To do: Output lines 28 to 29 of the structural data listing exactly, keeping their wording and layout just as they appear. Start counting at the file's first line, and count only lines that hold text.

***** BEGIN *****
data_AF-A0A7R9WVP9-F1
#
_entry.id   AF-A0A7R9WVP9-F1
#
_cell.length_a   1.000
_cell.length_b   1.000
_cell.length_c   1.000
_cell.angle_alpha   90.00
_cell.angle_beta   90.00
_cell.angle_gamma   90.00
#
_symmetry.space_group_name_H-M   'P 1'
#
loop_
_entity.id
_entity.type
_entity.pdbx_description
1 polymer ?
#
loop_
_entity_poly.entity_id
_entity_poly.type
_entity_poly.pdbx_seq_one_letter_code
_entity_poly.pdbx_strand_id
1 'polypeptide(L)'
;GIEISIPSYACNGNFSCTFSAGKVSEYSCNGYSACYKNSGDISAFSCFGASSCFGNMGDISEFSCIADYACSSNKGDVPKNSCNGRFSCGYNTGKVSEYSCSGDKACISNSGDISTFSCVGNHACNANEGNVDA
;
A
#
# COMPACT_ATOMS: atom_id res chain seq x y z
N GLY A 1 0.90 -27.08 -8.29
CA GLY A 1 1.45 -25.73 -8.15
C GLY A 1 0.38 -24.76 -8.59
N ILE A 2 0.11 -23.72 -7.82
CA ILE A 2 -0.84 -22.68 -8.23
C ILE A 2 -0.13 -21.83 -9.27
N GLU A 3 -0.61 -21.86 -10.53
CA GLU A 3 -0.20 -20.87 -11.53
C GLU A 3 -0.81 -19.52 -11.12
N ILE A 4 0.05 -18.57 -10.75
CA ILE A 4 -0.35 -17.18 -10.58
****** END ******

A
#